I know this is probably more of a stereotype (partly propagated by “Sex & The City”), but many straight women seem to like having a gay male friend around to talk about clothes and TV drama. If a straight guy were to have a lesbian as a friend, what would likely be their common ground?
Wondering in White Lake
TV sitcoms, and movies, love stereotypes. Remember “Will and Grace”? You had the same alliance between a straight woman and a gay man, sharing an apartment. It does happen, but most people are individual and unique, and don’t fit neatly into stereotypes. Some gay men have the fashion sense (remember “Queer Eye for the Straight Guy”?) and love giving their straight women friends advice on styles, make-up and hair. Other gay men may well have other interests. Perhaps gay men and straight women appreciate similar tastes, interests and hobbies. Certainly, a straight woman would feel safe with a gay man, because he’s never going to hit on her, but just be her friend. He might be more open and talk about his feelings and his gay relationship than many straight men do. But there are plenty of straight men who are emotionally open and don’t hit on every woman they see, too.
Sometimes men in the gay community feel similar pressures to look beautiful, be in good physical shape and dress well to be even looked at. Women have experienced this forever, and consequently, there are a lot of girls and women who are bulemic and anorexic, trying to starve themselves into being their image of beautiful, i.e. thin. In my practice, I have met some gay men who have some of these same issues.
Society is hard on older women being seen as not attractive (using words like “hag” or “old maid” for example) and many women as they age make sure they dye their hair, get botox and wear make up to hid the gray and the wrinkles. Many gay men feel the only way to be attractive in the bars, for example, is to also dye their hair, botox and work out with a trainer for hours on end. Again, these are all stereotypes, so there are quite a lot of people who fit some of these pressures felt by straight women or gay men. There are lots of individuals who buck those trends and find their own path. I’ve seen some lovely older straight women with gray hair (Kathleen Sebelius, former Governor of Kansas, now Health and Human Services Secretary). Then there’s me, in my gray hair… but then I’m lesbian! The gay community can be hard on gay men who don’t look 22 and have a hard, svelt body too. Life isn’t fair.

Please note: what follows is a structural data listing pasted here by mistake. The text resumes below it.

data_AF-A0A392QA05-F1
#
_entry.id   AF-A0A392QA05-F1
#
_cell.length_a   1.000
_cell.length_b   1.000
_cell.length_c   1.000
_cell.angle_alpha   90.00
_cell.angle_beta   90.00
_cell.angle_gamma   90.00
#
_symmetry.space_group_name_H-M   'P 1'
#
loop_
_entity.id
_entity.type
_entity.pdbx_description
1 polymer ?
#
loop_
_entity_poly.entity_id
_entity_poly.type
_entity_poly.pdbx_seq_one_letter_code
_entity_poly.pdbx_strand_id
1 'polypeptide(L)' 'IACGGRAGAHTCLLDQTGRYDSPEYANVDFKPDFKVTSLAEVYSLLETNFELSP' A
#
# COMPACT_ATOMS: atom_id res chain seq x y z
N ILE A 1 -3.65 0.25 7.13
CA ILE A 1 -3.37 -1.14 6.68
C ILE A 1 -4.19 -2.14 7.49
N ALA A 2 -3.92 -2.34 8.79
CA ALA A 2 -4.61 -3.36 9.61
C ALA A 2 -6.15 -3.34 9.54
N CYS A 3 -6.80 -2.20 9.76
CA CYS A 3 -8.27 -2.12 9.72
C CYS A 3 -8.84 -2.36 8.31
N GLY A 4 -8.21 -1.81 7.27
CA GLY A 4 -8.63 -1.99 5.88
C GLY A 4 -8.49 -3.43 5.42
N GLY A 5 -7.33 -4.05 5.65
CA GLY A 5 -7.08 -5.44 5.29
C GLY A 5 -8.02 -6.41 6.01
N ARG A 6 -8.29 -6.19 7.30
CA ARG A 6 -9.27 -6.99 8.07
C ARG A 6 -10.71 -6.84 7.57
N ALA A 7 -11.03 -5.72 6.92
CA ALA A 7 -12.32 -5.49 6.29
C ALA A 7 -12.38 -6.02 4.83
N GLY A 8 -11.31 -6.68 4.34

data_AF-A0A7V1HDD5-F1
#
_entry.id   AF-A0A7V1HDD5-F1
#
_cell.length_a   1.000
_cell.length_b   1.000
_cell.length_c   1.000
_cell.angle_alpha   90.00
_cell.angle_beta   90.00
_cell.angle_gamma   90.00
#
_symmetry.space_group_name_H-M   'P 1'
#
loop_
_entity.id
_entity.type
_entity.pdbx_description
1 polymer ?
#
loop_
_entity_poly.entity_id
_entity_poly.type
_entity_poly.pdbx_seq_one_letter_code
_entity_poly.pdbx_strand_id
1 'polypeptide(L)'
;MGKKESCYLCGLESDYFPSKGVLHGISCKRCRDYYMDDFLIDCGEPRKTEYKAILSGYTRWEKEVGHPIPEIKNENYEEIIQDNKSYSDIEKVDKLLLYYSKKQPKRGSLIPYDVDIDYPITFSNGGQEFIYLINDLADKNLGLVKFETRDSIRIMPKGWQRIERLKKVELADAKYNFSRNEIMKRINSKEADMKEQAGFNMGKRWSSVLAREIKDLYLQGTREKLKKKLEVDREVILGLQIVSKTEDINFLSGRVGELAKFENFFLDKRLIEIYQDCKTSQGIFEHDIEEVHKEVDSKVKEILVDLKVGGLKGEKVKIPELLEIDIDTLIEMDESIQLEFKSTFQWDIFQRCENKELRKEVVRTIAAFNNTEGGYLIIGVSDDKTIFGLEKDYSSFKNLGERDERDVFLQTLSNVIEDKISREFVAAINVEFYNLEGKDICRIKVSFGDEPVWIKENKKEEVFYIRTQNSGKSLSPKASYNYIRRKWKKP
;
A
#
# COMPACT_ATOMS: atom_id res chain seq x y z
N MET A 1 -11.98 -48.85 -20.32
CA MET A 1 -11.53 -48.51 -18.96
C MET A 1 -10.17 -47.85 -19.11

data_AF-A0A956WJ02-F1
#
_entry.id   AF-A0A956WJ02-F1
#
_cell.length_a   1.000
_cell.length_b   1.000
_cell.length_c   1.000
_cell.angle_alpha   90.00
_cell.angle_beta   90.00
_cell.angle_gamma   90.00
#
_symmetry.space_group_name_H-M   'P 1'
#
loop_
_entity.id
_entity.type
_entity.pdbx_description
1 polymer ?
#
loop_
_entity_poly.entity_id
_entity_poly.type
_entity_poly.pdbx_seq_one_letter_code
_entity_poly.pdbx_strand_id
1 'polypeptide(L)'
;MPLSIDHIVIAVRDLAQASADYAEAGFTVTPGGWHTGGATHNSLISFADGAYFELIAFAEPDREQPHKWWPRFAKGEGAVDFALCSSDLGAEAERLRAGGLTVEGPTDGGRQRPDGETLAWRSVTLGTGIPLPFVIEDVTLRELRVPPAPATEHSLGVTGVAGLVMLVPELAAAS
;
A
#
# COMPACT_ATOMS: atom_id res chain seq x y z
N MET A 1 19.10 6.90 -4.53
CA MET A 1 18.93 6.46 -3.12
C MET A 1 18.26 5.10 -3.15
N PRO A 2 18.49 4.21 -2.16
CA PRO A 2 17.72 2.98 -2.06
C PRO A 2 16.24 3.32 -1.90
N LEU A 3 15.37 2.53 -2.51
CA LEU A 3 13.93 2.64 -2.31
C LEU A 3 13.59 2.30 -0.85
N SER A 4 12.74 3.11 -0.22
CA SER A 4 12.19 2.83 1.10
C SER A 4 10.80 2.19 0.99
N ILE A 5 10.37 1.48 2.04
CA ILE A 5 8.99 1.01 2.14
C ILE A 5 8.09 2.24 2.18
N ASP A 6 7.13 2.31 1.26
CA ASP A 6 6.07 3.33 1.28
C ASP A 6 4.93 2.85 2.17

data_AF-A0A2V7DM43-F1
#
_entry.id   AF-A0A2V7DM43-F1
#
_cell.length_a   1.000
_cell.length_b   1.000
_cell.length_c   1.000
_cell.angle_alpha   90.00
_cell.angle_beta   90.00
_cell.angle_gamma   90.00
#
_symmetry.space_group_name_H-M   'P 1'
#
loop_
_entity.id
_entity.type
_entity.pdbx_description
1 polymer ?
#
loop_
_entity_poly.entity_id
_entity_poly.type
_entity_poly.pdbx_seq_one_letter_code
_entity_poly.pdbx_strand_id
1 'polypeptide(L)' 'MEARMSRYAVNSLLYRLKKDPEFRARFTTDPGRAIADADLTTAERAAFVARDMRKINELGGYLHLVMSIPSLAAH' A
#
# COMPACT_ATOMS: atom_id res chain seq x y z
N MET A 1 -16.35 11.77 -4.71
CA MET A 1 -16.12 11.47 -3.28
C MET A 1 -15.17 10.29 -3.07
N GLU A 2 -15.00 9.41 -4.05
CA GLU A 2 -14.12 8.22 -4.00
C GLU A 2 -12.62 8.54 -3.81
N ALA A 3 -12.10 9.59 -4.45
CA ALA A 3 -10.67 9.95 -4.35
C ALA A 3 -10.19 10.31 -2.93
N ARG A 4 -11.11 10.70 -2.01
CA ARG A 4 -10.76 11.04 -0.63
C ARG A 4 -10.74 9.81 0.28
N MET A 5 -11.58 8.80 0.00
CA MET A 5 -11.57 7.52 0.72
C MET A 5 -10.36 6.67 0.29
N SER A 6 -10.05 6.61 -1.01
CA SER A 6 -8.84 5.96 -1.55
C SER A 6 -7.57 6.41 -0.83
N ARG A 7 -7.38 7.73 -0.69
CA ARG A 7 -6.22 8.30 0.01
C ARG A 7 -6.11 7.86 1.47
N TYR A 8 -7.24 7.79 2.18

The most important thing that people tend to share with friends is values, interests and frequency of interacting. That’s why many people become friends with neighbors, colleagues, or people they attended school with. If and when one of you moves, or one of you develops new interests or different hobbies, the friendship may last, or not, depending on what you each decide it means to you. So, just like any friendship, the depth and warmth depend on the people involved, gay, straight, bi or asexual!
Thanks for writing in. Christine Cantrell
Christine C. Cantrell, PhD
1026 W. 11 Mile Rd,
Royal Oak, MI 48067
248-591-2888Click here to email Christine.